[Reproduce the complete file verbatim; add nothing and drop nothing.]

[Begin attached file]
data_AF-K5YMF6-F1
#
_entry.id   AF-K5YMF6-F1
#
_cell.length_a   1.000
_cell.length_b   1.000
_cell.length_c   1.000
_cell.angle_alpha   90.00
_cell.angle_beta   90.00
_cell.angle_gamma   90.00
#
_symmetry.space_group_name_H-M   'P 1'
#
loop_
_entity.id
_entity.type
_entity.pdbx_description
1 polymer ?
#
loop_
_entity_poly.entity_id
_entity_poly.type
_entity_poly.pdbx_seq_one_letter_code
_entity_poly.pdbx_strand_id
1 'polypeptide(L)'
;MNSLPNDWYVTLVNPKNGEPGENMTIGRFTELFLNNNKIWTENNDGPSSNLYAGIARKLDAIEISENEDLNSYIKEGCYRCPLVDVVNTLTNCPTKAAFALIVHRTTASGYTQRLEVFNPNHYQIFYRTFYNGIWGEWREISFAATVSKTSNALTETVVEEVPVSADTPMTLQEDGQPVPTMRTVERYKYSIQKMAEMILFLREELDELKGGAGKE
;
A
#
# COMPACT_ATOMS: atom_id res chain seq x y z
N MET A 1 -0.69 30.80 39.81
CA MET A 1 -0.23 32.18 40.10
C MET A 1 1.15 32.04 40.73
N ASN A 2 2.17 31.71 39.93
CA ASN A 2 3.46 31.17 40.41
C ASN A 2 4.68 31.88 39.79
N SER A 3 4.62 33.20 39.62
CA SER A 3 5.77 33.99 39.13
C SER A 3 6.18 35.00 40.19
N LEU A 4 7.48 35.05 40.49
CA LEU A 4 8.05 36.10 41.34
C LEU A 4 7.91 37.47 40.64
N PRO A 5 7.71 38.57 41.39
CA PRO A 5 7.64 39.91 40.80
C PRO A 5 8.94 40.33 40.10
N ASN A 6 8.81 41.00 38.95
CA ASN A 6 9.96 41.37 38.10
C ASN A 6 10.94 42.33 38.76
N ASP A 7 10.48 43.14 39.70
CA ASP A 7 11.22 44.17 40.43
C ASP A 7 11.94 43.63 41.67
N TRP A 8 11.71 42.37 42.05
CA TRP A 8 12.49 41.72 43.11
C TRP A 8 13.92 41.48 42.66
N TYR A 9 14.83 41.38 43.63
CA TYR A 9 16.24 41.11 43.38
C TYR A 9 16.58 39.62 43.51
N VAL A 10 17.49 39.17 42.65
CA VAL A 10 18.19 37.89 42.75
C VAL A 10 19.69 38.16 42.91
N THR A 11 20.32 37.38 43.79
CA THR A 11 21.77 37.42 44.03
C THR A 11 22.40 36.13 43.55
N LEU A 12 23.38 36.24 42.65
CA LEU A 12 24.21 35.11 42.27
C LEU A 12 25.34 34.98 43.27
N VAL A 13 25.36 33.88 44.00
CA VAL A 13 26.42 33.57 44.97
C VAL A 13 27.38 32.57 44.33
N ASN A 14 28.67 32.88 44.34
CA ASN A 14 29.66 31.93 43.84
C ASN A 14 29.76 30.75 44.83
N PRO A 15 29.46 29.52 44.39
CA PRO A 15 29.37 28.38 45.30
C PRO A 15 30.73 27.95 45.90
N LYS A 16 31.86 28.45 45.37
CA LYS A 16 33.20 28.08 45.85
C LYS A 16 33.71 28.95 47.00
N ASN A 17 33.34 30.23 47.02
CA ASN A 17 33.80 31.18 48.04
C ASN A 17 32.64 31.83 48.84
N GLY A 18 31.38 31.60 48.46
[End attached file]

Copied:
data_AF-K5YMF6-F1
#
_entry.id   AF-K5YMF6-F1
#
_cell.length_a   1.000
_cell.length_b   1.000
_cell.length_c   1.000
_cell.angle_alpha   90.00
_cell.angle_beta   90.00
_cell.angle_gamma   90.00
#
_symmetry.space_group_name_H-M   'P 1'
#
loop_
_entity.id
_entity.type
_entity.pdbx_description
1 polymer ?
#
loop_
_entity_poly.entity_id
_entity_poly.type
_entity_poly.pdbx_seq_one_letter_code
_entity_poly.pdbx_strand_id
1 'polypeptide(L)'
;MNSLPNDWYVTLVNPKNGEPGENMTIGRFTELFLNNNKIWTENNDGPSSNLYAGIARKLDAIEISENEDLNSYIKEGCYRCPLVDVVNTLTNCPTKAAFALIVHRTTASGYTQRLEVFNPNHYQIFYRTFYNGIWGEWREISFAATVSKTSNALTETVVEEVPVSADTPMTLQEDGQPVPTMRTVERYKYSIQKMAEMILFLREELDELKGGAGKE
;
A
#
# COMPACT_ATOMS: atom_id res chain seq x y z
N MET A 1 -0.69 30.80 39.81
CA MET A 1 -0.23 32.18 40.10
C MET A 1 1.15 32.04 40.73
N ASN A 2 2.17 31.71 39.93
CA ASN A 2 3.46 31.17 40.41
C ASN A 2 4.68 31.88 39.79
N SER A 3 4.62 33.20 39.62
CA SER A 3 5.77 33.99 39.13
C SER A 3 6.18 35.00 40.19
N LEU A 4 7.48 35.05 40.49
CA LEU A 4 8.05 36.10 41.34
C LEU A 4 7.91 37.47 40.64
N PRO A 5 7.71 38.57 41.39
CA PRO A 5 7.64 39.91 40.80
C PRO A 5 8.94 40.33 40.10
N ASN A 6 8.81 41.00 38.95
CA ASN A 6 9.96 41.37 38.10
C ASN A 6 10.94 42.33 38.76
N ASP A 7 10.48 43.14 39.70
CA ASP A 7 11.22 44.17 40.43
C ASP A 7 11.94 43.63 41.67
N TRP A 8 11.71 42.37 42.05
CA TRP A 8 12.49 41.72 43.11
C TRP A 8 13.92 41.48 42.66
N TYR A 9 14.83 41.38 43.63
CA TYR A 9 16.24 41.11 43.38
C TYR A 9 16.58 39.62 43.51
N VAL A 10 17.49 39.17 42.65
CA VAL A 10 18.19 37.89 42.75
C VAL A 10 19.69 38.16 42.91
N THR A 11 20.32 37.38 43.79
CA THR A 11 21.77 37.42 44.03
C THR A 11 22.40 36.13 43.55
N LEU A 12 23.38 36.24 42.65
CA LEU A 12 24.21 35.11 42.27
C LEU A 12 25.34 34.98 43.27
N VAL A 13 25.36 33.88 44.00
CA VAL A 13 26.42 33.57 44.97
C VAL A 13 27.38 32.57 44.33
N ASN A 14 28.67 32.88 44.34
CA ASN A 14 29.66 31.93 43.84
C ASN A 14 29.76 30.75 44.83
N PRO A 15 29.46 29.52 44.39
CA PRO A 15 29.37 28.38 45.30
C PRO A 15 30.73 27.95 45.90
N LYS A 16 31.86 28.45 45.37
CA LYS A 16 33.20 28.08 45.85
C LYS A 16 33.71 28.95 47.00
N ASN A 17 33.34 30.23 47.02
CA ASN A 17 33.80 31.18 48.04
C ASN A 17 32.64 31.83 48.84
N GLY A 18 31.38 31.60 48.46